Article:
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What You Don’t Know About Stanford Law Student: Nick Wallace Biography, Wiki, Age, Net Worth, Family, Facebook, Instagram and More

Who is Nick Wallace?

Nick Wallace is a master’s student in environment and resources and JD. whose future was starting to look dark after he tested the limits of free speech on campus. Wallace’s Stanford Law diploma had been put on hold, meaning he might not be able to take the bar exam as planned this summer as the third-year student at Stanford Law School sent a satirical email to a student listserv reserved for debate and political commentary.

In it was a flyer mocking the Federalist Society, a conservative organization.

The limits of free speech have become an increasingly important challenge for both conservatives and liberals. Over the memorial day weekend, a prank by journalist Ken Klippenstein led to his firing from The Intercept. In other cases, several people have tried to pass off hate speech as free speech. In October 2020, a Tennessee preacher sued his school district after his daughter was kicked out of class for an anti-homosexuality t-shirt.

How old is Nick Wallace?

Nick Wallace is believed to be in his 20s.

Nick Wallace Student

According to a profile on Stanford’s website,  Nicholas N Wallace is studying under the Emmett Interdisciplinary Program, the profile says.

According to reports, the third-year law student was hoping to take the Michigan bar exam this summer, but will not be able to do so since the bar requires students to send in their degrees. Stanford also lists Wallace as a ‘Class of 2021 Public Interest Fellows’.

That program is meant to recognize students who are planning to pursue careers in public service.

According to that webpage, Wallace was born and raised in Ann Arbour, Michigan. In 2010, he graduated from the University of Washington with a BSc degree. While studying at the university, Wallace also served as an economics and accounting tutor at the school’s academic support center. Post-graduation, Wallace first worked as a paralegal at a Seattle law firm, before stints in journalism. He then came to Stanford to pursue the joint MS-JD degree.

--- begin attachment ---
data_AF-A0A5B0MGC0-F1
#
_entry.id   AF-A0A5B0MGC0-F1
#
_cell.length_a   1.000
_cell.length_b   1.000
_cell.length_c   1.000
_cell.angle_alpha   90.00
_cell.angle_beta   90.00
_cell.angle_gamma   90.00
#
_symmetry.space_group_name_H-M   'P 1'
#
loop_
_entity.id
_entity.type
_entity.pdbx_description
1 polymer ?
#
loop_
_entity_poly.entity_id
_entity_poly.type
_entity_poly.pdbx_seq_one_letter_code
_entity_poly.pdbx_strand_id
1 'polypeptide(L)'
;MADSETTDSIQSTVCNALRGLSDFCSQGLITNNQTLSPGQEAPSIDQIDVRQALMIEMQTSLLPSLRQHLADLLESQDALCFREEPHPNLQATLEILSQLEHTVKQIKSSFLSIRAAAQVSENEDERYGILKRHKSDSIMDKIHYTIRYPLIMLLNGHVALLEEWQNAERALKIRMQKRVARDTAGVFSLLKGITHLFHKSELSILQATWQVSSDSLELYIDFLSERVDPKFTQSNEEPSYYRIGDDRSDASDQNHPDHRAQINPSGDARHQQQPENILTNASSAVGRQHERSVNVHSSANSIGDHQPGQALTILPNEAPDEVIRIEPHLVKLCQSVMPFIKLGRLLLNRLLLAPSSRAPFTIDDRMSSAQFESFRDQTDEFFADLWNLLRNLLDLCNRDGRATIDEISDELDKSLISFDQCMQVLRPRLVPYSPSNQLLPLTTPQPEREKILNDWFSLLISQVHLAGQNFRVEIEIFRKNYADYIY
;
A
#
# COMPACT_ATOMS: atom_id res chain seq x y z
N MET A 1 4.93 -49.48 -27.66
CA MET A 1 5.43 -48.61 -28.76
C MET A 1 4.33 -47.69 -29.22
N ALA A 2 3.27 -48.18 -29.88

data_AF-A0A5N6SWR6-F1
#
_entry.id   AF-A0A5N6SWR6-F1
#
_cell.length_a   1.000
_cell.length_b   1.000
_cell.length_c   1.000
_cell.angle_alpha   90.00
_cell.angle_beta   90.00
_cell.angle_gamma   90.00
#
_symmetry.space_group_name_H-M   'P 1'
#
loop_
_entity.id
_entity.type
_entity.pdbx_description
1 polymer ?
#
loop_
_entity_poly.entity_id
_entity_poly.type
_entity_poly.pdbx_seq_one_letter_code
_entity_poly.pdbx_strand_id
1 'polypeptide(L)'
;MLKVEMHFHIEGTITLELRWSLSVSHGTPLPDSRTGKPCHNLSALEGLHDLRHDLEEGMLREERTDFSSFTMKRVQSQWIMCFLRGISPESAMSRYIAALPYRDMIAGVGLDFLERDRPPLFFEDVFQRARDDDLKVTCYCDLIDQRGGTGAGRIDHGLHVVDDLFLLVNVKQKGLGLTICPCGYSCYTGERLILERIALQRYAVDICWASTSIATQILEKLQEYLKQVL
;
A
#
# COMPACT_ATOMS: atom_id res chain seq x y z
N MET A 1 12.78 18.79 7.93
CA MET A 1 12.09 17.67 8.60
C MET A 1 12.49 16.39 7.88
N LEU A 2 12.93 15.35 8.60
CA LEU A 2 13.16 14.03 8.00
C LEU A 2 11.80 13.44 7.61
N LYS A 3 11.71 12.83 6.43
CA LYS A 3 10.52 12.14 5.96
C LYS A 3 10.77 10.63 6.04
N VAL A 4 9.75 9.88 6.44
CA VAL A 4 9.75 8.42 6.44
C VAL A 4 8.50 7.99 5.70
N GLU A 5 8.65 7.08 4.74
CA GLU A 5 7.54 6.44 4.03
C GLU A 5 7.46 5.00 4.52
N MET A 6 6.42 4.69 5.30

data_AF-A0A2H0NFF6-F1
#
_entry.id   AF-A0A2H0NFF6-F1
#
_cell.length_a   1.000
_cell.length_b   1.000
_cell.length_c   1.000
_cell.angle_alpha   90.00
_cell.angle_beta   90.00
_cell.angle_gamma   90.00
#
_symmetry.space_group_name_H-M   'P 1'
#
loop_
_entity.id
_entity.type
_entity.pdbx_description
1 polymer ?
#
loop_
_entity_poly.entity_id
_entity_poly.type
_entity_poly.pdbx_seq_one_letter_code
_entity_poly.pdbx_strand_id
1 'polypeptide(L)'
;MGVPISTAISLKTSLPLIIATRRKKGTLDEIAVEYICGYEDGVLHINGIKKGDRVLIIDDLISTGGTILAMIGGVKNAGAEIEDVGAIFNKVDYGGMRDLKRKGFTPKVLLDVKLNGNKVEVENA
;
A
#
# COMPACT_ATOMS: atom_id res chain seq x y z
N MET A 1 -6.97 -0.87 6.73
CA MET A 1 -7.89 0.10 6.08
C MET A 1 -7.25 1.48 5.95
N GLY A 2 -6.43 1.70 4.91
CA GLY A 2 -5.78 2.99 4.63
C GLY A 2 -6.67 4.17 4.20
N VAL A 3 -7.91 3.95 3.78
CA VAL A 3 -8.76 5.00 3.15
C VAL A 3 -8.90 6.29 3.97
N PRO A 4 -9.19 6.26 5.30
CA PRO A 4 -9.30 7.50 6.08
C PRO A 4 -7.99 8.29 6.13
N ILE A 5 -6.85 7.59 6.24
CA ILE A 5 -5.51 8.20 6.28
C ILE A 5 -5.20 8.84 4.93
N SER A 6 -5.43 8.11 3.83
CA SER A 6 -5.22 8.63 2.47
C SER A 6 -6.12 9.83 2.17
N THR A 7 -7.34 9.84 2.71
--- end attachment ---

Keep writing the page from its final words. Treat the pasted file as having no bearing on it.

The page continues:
Nick Wallace Stanford

At Stanford, Wallace reportedly served as the editor of the Stanford Environmental Law Journal and also volunteered with the Housing Pro Bono Project.

He has also interned with the Natural Resources Defense Council, and a law firm that specializes in Tribal clients nationwide. “After graduating, he hopes to go into government or non-profit work in the environmental field,” the bio says. We also found a LinkedIn profile corroborating those facts.

Nick Wallace Stanford Law

The biggest gripe many have is with social media itself. Conservatives constantly lament that social media limits free speech.

Instead of studying for the finals, and preparing for the bar, Wallace found himself battling for his future over a digital flyer that he claims was simply meant to mock the FedSoc. “My concern now’s that different college students are going to see what’s occurring to me and hesitate to voice their opinions on controversial political matters,” he said in a press conference.

“So I’m going to maintain preventing this with the hope that Stanford will repair their course of in order that no pupil is subjected to this sort of remedy once”.

The issue arose from a flyer he published on January 25.

The flyer titled ‘the originalist case for inciting insurrection’ was meant to mock the FedSoc for not condemning the January 6 insurrection at the Capitol.

The flyer said the event was being organized by Stanford’s FedSoc and that Sen Joshua Hawley and Texas AG Ken Paxton would be attending.

That led to a complaint being filed by an unnamed student, who said:

“Nowhere in his electronic mail, nor on his flyer, did Wallace clarify that these representations of identification have been false.” The complaint added that the flyer “defamed” the Stanford Federalist Society, causing “harm” to the student group and to the “individual reputations” of the officers.

Directors responded by opening an investigation into the case, initially put Wallace’s graduation on hold. On May 27, he received a formal complaint for “a possible violation of the Fundamental Standard,” the school’s code of conduct. That’s the same process students suspended for plagiarism must undergo.

Then, the Foundation for Individual Rights in Education (FIRE) got involved, sending a letter to the school. “No reasonable person familiar with the email’s context would understand it to be sincere,” FIRE wrote and noted that the investigation violates California’s Leonard Law.

Nonetheless, the investigation continues, with Wallace’s future now looking quite dark if he doesn’t win the case.

Ironically, the FedSoc has often been at the forefront of the push for greater free speech, but it seems not at their cost. “It has been a pretty awful way to close out my career at Stanford,” Wallace told Slate. “Instead of studying for finals, I’m trying to figure this out.”

“I just sent an email to my family trying to reassure them that I haven’t blown it in my last few days.”

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